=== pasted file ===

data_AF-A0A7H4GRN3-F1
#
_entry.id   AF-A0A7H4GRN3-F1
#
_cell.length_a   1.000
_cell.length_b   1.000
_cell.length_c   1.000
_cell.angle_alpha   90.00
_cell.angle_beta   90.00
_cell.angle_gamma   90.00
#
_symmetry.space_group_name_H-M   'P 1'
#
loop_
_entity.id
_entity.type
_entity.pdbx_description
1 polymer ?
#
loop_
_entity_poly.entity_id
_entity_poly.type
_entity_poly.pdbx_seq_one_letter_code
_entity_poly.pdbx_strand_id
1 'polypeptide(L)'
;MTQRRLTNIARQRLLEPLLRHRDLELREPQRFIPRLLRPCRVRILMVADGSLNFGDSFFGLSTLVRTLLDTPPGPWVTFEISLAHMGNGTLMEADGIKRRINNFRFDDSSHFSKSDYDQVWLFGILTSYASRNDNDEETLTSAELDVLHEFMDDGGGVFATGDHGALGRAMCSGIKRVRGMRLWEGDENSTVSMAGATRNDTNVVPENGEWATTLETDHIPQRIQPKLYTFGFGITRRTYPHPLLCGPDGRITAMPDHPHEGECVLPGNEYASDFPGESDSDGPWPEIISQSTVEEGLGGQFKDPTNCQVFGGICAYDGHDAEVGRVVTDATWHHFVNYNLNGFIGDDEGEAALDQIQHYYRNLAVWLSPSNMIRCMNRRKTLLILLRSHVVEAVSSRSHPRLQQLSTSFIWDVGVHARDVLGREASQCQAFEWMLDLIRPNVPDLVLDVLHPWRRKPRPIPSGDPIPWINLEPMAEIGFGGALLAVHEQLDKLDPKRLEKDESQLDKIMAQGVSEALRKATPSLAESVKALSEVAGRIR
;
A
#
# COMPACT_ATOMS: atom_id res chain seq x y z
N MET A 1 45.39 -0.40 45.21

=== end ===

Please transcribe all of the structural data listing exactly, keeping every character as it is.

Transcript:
data_AF-A0A7H4GRN3-F1
#
_entry.id   AF-A0A7H4GRN3-F1
#
_cell.length_a   1.000
_cell.length_b   1.000
_cell.length_c   1.000
_cell.angle_alpha   90.00
_cell.angle_beta   90.00
_cell.angle_gamma   90.00
#
_symmetry.space_group_name_H-M   'P 1'
#
loop_
_entity.id
_entity.type
_entity.pdbx_description
1 polymer ?
#
loop_
_entity_poly.entity_id
_entity_poly.type
_entity_poly.pdbx_seq_one_letter_code
_entity_poly.pdbx_strand_id
1 'polypeptide(L)'
;MTQRRLTNIARQRLLEPLLRHRDLELREPQRFIPRLLRPCRVRILMVADGSLNFGDSFFGLSTLVRTLLDTPPGPWVTFEISLAHMGNGTLMEADGIKRRINNFRFDDSSHFSKSDYDQVWLFGILTSYASRNDNDEETLTSAELDVLHEFMDDGGGVFATGDHGALGRAMCSGIKRVRGMRLWEGDENSTVSMAGATRNDTNVVPENGEWATTLETDHIPQRIQPKLYTFGFGITRRTYPHPLLCGPDGRITAMPDHPHEGECVLPGNEYASDFPGESDSDGPWPEIISQSTVEEGLGGQFKDPTNCQVFGGICAYDGHDAEVGRVVTDATWHHFVNYNLNGFIGDDEGEAALDQIQHYYRNLAVWLSPSNMIRCMNRRKTLLILLRSHVVEAVSSRSHPRLQQLSTSFIWDVGVHARDVLGREASQCQAFEWMLDLIRPNVPDLVLDVLHPWRRKPRPIPSGDPIPWINLEPMAEIGFGGALLAVHEQLDKLDPKRLEKDESQLDKIMAQGVSEALRKATPSLAESVKALSEVAGRIR
;
A
#
# COMPACT_ATOMS: atom_id res chain seq x y z
N MET A 1 45.39 -0.40 45.21